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How to Avoid Technical Discussions When You Work in Technology

I hate technical discussions.

Sure, I'm in charge of technology for the cash cow of our division, but do I really need to know the details?

My job is to make sure everything that needs to get done, gets done; I just happen to make sure it gets done by someone else. Whether I manage up, down, over, or all around--I insure someone does what I'm supposed to get done so that I don't have to do it, even though I still get the credit for it.

So even though I'm in charge of technology, I don't have to discuss technology to get my job done.

Technical details bore me. It's not that I don't understand the details, it's that I can't talk acronyms for more than a few minutes without getting a severe and sudden attack of narcolepsy.

Today, I had a meeting with the Architecture team. As Far on Twitter put it:

"Most guys in tech make me want to stab my eyes out with a dull #2 pencil"

Apparently, she's not very attracted to tech geeks. Well, Architecture geeks are about as dorky as they come. I felt like I had taken an overdose of Ambiatol talking to them today.

So when I find myself in a position like this, talking technical details with a couple of poindexters and frantically searching my desk for a dull #2 pencil to put myself out of my own misery, I quickly diffuse the situation by calling one of my own poindexters into the meeting. 

By doing so, I simply provide another bird of the same feather to bond or "mate" with the geeks by engaging in what they consider a stimulating technical mumbo jumbo dialogue, which in turn allows me to ignore them completely.

First, I called Maharajapuram into my office. He started speaking their language immediately. I was able to shoot off two emails, one to Blair and another to Maricruz. But these guys kept turning to me to get my reaction, as if I had been listening to their conversation. 

Okay, more distractions.

I called in Aho and Mai Ding, who completely drew the attention away from me initially, not so much because the conversation was so technically enthralling, but because nobody could understand what they were saying because of their thick accents. 

So this move on my part backfired because suddenly I was being asked to interpret. (Like I know what the hell those two are ever saying...).

Next I brought in Wiener from Fucking Austria. He has an accent too, but at least you can understand him. Now that I had four of my poindexters against two on the Architecture team, there was finally solace from the conversation.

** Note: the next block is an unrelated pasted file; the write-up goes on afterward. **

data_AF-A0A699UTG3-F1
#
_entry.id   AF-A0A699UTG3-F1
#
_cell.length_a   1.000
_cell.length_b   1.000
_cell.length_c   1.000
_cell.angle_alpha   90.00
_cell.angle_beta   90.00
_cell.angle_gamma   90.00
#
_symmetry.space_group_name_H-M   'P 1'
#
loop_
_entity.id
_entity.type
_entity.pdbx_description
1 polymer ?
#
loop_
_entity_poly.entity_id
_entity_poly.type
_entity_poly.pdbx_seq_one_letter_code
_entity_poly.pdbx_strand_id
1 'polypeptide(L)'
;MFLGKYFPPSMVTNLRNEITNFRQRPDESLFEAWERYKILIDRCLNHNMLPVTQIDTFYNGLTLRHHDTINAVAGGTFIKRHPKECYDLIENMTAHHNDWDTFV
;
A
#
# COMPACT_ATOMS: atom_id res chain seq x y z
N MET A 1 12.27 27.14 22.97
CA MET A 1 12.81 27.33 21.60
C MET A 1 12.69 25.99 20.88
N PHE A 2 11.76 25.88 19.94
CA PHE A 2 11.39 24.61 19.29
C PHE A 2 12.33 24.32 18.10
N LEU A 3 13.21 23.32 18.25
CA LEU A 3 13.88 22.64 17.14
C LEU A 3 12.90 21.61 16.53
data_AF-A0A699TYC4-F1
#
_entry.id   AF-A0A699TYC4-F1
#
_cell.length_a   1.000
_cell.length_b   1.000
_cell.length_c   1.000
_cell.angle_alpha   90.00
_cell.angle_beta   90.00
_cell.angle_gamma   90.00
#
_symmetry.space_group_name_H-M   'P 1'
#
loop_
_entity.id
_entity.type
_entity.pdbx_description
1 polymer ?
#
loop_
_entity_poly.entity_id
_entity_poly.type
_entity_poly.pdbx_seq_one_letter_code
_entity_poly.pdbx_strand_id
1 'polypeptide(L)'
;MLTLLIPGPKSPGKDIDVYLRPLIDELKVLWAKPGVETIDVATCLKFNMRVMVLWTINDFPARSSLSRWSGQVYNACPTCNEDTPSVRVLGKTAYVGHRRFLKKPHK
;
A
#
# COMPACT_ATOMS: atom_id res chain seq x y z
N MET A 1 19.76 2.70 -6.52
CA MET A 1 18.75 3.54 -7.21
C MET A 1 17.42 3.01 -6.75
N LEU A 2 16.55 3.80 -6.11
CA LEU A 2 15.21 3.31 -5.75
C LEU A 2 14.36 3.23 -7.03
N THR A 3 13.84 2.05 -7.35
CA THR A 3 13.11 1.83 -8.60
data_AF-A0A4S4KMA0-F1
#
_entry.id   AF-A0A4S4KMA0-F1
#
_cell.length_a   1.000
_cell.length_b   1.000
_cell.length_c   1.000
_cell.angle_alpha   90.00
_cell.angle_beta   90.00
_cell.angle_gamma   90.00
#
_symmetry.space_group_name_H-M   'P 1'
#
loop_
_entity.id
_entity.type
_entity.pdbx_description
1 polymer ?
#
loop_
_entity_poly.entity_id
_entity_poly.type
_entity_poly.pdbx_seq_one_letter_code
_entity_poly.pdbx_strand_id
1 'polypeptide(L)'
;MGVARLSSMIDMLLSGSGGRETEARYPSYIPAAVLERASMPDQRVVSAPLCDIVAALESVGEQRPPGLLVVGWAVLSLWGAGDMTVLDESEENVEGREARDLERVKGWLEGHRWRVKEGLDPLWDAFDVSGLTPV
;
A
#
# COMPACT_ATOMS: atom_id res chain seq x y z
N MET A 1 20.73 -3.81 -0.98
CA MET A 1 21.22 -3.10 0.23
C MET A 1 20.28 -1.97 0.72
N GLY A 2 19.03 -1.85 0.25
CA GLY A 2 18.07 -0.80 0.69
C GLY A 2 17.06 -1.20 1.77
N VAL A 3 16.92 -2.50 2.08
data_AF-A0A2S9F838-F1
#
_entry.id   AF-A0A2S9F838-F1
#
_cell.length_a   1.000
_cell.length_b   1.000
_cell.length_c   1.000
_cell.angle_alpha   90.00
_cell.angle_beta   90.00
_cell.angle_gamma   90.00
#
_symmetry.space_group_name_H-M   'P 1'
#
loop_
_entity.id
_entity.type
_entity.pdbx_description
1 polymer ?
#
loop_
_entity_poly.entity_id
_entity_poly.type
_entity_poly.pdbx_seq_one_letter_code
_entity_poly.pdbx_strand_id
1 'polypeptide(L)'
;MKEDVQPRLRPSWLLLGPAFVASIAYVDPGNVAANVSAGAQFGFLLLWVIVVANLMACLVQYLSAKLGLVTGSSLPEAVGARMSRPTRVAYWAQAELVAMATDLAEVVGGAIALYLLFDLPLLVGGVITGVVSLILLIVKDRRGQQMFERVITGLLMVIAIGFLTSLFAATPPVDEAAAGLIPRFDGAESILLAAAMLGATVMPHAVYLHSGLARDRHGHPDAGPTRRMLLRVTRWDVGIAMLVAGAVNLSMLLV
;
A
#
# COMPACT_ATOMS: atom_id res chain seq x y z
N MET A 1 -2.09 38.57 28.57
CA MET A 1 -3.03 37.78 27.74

I jumped on Twitter for a while, then Facebook, then shot off some more emails to Users, like Athena the Lesbian and Lucia. I actually got a lot done in the meeting. And I apparently resolved a pretty big architecture issue too. 

Reader Comments (8)

Lol - sounds like the meeting might have gone faster if you just did the meeting yourself and had done with it.... ;P

November 11, 2008 | Unregistered CommenterThe Duchess

I like playing this little game with all the acronyms I'm familiar or unfamiliar with in these types of discussions by coming up with my own interpretations for them. (i.e. ASP = A Shit Pot)

Or I make up my own acronyms to confuse the hell out of everyone but act as if it's commonly used (i.e. T-SWAG = Totally Stupid Wild Ass Guess).

But most of the time I'll do what you do and frequently insert my "sure thing" and looks of concern and send out Tweets.

November 11, 2008 | Unregistered CommenterTech Babe

Duchess: I agree. Meetings with myself are the best. I get along so well with myself. And we have the same sense of humor. I need to schedule more meetings with myself.

Tech Babe: How about "ARSE". I forget what it stood for, but these clowns actually published this acronym. I asked if anyone saw a problem with it and nobody did. I thought it was funny, but I just couldn't believe I was the only one who noticed... Did I mention I work with idiots?

November 11, 2008 | Unregistered CommenterJason X

ARSE = Asshole Rating Self-Exam

Take the exam and let me know how you scored:

November 11, 2008 | Unregistered CommenterTech Babe

Hrmm, as an engineer and self proclaimed tech geek, I get pretty frustrated if my managers don't know anything about the technology they're dealing with.

I hate micromanagement too and want to insulate my bosses as much as possible from the details they aren't interested in, but sometimes it is crucial for them to understand why a certain deadline is unreasonable or why what they ask simply is not possible. Most of the time though, you're absolutely right, they don't need to know how the shit gets done and those discussions are contained within my team of enginerds. :D

November 12, 2008 | Unregistered Commenterkeenahn

Tech Babe: I still need to take the test. But I can probably predict the outcome....

Keenahn: I agree and definitely see your point. But actually, it's not such a big deal with my own staff. They understand my ADD issues and summarize for me. I'm pretty good at managing issues with only the CliffsNotes. I agree, as a manager, you have to have some level of understanding to be able to manage effectively. However, with outside consultants and other internal I.T. departments--they don't understand my need for brevity. Most of the time they're trying to explain things that matter to them, not me. And those are the conversations I mentally bail out of...

November 12, 2008 | Unregistered CommenterJason X

Awww... memories of my first mention by Jason X. It brings a tear to my eye...

Keep 'em cumming...

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